It must be remembered, however, that many of the islands are too small, and many of the districts too thinly inhabited to provide work for a resident practitioner, even if the funds for his salary were readily procurable. All that has hitherto been attempted is to place a doctor in some central position whence, commanding as wide an area as he can be supposed able to undertake, he may be ready to proceed to any case where his services may be required. But the distances are sometimes considerable, and the weather often stormy, so that for days at a time no boat can pass from one island to another. Even under the most favourable skies, it often happens that when a message arrives, urgently requesting the attendance of the medical man, he is found to be engaged with another serious case in an island some leagues distant, from which he may not be expected to return for some days. An instance which happened a few years ago in the little island of Canna will illustrate this feature of social life in the Inner Hebrides.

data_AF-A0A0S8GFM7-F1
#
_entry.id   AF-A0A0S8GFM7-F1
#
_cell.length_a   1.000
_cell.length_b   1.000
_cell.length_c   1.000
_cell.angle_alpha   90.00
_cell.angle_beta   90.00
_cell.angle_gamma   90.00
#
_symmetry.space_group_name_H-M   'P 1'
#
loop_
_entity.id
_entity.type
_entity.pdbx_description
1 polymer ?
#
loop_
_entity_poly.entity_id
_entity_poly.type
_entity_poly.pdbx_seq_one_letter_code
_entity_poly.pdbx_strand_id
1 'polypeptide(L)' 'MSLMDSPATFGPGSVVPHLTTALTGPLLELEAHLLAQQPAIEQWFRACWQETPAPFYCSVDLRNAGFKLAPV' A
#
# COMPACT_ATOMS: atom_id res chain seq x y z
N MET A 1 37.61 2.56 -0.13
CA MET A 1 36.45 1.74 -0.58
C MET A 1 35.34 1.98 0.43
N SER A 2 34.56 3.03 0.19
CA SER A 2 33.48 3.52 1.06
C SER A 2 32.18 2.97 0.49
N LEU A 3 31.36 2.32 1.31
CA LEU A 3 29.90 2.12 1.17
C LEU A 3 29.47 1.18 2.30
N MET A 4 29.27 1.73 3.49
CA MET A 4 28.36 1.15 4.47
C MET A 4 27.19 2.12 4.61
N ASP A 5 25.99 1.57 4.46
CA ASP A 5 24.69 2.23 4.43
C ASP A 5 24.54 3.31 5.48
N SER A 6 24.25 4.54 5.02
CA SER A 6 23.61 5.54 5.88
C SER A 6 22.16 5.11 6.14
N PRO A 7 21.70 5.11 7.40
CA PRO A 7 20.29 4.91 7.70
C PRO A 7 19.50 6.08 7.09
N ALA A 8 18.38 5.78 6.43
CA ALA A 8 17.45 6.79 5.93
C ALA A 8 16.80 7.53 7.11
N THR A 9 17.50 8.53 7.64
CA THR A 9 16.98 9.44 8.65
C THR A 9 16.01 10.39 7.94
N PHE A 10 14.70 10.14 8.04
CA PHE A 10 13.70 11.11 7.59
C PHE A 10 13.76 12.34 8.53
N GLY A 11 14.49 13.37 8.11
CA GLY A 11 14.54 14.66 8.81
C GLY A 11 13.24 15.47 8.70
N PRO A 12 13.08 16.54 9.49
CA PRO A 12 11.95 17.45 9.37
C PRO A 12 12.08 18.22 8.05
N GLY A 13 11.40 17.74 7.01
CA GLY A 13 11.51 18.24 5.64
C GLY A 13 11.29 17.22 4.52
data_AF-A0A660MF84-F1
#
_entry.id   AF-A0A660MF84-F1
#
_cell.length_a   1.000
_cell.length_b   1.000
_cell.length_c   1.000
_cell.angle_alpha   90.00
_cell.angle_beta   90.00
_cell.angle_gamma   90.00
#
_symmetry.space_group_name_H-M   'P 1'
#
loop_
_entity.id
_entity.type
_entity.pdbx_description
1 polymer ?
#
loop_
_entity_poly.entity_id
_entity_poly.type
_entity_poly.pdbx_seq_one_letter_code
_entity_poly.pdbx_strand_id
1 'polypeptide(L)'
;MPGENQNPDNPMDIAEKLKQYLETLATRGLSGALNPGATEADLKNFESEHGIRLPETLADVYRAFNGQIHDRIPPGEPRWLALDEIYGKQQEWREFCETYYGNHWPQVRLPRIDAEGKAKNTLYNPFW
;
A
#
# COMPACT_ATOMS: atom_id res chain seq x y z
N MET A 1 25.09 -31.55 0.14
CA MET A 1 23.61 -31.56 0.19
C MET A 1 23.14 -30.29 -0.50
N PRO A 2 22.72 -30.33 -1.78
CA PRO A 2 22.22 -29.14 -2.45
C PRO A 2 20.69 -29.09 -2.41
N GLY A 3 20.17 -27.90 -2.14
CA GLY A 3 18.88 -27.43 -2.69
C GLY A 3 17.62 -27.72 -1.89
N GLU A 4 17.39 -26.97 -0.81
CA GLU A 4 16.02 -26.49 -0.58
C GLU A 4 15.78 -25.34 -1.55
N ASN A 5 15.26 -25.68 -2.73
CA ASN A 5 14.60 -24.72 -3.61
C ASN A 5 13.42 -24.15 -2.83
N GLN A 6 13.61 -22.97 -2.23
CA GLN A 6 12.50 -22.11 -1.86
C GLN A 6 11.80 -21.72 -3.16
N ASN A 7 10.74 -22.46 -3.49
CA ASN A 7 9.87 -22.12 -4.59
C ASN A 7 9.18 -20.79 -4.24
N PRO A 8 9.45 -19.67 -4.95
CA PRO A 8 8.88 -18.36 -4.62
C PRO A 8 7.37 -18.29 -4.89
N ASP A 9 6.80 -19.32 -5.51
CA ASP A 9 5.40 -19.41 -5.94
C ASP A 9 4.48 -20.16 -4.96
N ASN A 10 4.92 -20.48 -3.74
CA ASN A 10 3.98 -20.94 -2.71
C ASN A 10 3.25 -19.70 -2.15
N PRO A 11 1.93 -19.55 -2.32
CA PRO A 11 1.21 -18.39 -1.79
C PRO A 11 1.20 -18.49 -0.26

One of the workmen engaged in building a dry-stone dyke met with a serious accident. The materials he had to use consisted of large rounded boulders and blocks of basalt, which required some little care to adjust in order that the structure might remain firm. When the wall had been raised to its full height, a portion of it gave way, and some large masses of heavy basalt fell on the workman, smashing one of his legs. His companions on extricating him from the ruins, saw the serious nature of the injuries. But there was no doctor on the island, nor anywhere nearer than at Arisaig, a distance of some twenty-five miles across an open sea. No time was lost in getting the poor man carried into a boat, which two of his comrades navigated to the mainland. On arriving there, however, they found that the doctor had gone away inland and would not be back for a day or two. As there was no time to lose, the boatmen at once set out for Tobermory in Mull, where the next medical man was to be obtained. They had to traverse a tract of sea which is often rousfh. Even in calm weather more or less commotion may always be looked for in the water round the Point of Ardnamurchan— the ‘headland of great waves.’ It was some thirty-six hours after the accident before the poor sufferer was at last placed in medical hands. The first thing to be done was, of course, to amputate the mangled leg. The patient stood the operation well, and in two or three weeks was sufficiently recovered to be able to be taken back to Canna. His two faithful comrades, who had waited on with him at Tobermory, had him carried down to the pier, where their boat was ready for him, When he came there he looked all round him with some anxiety, and at last exclaimed, ‘But where’s my leg?’ ‘Your leg! in the kirkyard, to be sure.’ ‘But I maun hae my leg.’ ‘ But I tell ye, ye canna hae your leg, its been buryit this fortnicht in the graveyard.’ ‘Weel’ said the lameter, steadying his back against a wall, ‘I’ll no stir a fit till I get my leg. D’ye think I’m to gang tramp-tramping aboot at the Last Day lookin’ for my leg.’ Finding persuasion useless, the unhappy boatmen had to interview the minister and the procurator-fiscal, and obtain authority to dig up the leg. When the lost limb came up once more to the light of day, it was in such a state of decomposition that the men refused to have it in the boat with them. Eventually a compromise was effected. A second boat was hired to convey the leg, and with a length of ten yards of rope between them, was towed at the stern of the first. In this way the procession reached Canna.